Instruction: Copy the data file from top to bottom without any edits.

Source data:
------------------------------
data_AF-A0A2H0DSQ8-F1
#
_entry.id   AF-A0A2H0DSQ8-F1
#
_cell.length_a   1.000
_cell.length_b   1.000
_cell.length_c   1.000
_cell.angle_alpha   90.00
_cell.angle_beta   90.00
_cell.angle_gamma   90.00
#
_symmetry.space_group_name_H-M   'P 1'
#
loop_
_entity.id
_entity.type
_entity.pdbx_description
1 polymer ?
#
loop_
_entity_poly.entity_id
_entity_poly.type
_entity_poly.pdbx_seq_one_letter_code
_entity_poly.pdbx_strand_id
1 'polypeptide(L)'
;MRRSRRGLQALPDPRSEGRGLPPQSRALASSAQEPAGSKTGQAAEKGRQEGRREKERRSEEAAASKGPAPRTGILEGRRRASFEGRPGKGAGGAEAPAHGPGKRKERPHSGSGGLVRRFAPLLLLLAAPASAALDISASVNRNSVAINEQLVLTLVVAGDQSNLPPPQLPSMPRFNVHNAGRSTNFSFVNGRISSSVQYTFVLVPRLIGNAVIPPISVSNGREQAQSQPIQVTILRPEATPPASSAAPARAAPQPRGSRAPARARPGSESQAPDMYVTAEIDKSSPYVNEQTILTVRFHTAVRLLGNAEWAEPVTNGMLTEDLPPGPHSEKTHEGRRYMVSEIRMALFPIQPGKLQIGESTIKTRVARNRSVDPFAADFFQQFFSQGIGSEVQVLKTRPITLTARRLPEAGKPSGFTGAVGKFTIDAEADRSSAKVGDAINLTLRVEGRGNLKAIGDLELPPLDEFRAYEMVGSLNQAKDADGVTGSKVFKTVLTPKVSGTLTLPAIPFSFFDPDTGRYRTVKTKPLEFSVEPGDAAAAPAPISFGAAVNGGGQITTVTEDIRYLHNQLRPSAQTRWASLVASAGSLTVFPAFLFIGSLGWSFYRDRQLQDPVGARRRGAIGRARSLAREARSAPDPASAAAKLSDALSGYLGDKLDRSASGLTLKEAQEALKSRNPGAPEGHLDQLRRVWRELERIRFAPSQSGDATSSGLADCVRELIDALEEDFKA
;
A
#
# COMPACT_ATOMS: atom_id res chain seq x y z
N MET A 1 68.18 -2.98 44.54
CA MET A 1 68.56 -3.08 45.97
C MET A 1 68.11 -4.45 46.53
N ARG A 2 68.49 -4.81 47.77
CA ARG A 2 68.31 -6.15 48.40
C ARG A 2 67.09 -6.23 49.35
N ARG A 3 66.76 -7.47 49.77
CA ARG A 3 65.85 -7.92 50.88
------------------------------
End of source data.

data_AF-A0A2H0DSQ8-F1
#
_entry.id   AF-A0A2H0DSQ8-F1
#
_cell.length_a   1.000
_cell.length_b   1.000
_cell.length_c   1.000
_cell.angle_alpha   90.00
_cell.angle_beta   90.00
_cell.angle_gamma   90.00
#
_symmetry.space_group_name_H-M   'P 1'
#
loop_
_entity.id
_entity.type
_entity.pdbx_description
1 polymer ?
#
loop_
_entity_poly.entity_id
_entity_poly.type
_entity_poly.pdbx_seq_one_letter_code
_entity_poly.pdbx_strand_id
1 'polypeptide(L)'
;MRRSRRGLQALPDPRSEGRGLPPQSRALASSAQEPAGSKTGQAAEKGRQEGRREKERRSEEAAASKGPAPRTGILEGRRRASFEGRPGKGAGGAEAPAHGPGKRKERPHSGSGGLVRRFAPLLLLLAAPASAALDISASVNRNSVAINEQLVLTLVVAGDQSNLPPPQLPSMPRFNVHNAGRSTNFSFVNGRISSSVQYTFVLVPRLIGNAVIPPISVSNGREQAQSQPIQVTILRPEATPPASSAAPARAAPQPRGSRAPARARPGSESQAPDMYVTAEIDKSSPYVNEQTILTVRFHTAVRLLGNAEWAEPVTNGMLTEDLPPGPHSEKTHEGRRYMVSEIRMALFPIQPGKLQIGESTIKTRVARNRSVDPFAADFFQQFFSQGIGSEVQVLKTRPITLTARRLPEAGKPSGFTGAVGKFTIDAEADRSSAKVGDAINLTLRVEGRGNLKAIGDLELPPLDEFRAYEMVGSLNQAKDADGVTGSKVFKTVLTPKVSGTLTLPAIPFSFFDPDTGRYRTVKTKPLEFSVEPGDAAAAPAPISFGAAVNGGGQITTVTEDIRYLHNQLRPSAQTRWASLVASAGSLTVFPAFLFIGSLGWSFYRDRQLQDPVGARRRGAIGRARSLAREARSAPDPASAAAKLSDALSGYLGDKLDRSASGLTLKEAQEALKSRNPGAPEGHLDQLRRVWRELERIRFAPSQSGDATSSGLADCVRELIDALEEDFKA
;
A
#
# COMPACT_ATOMS: atom_id res chain seq x y z
N MET A 1 68.18 -2.98 44.54
CA MET A 1 68.56 -3.08 45.97
C MET A 1 68.11 -4.45 46.53
N ARG A 2 68.49 -4.81 47.77
CA ARG A 2 68.31 -6.15 48.40
C ARG A 2 67.09 -6.23 49.35
N ARG A 3 66.76 -7.47 49.77
CA ARG A 3 65.85 -7.92 50.88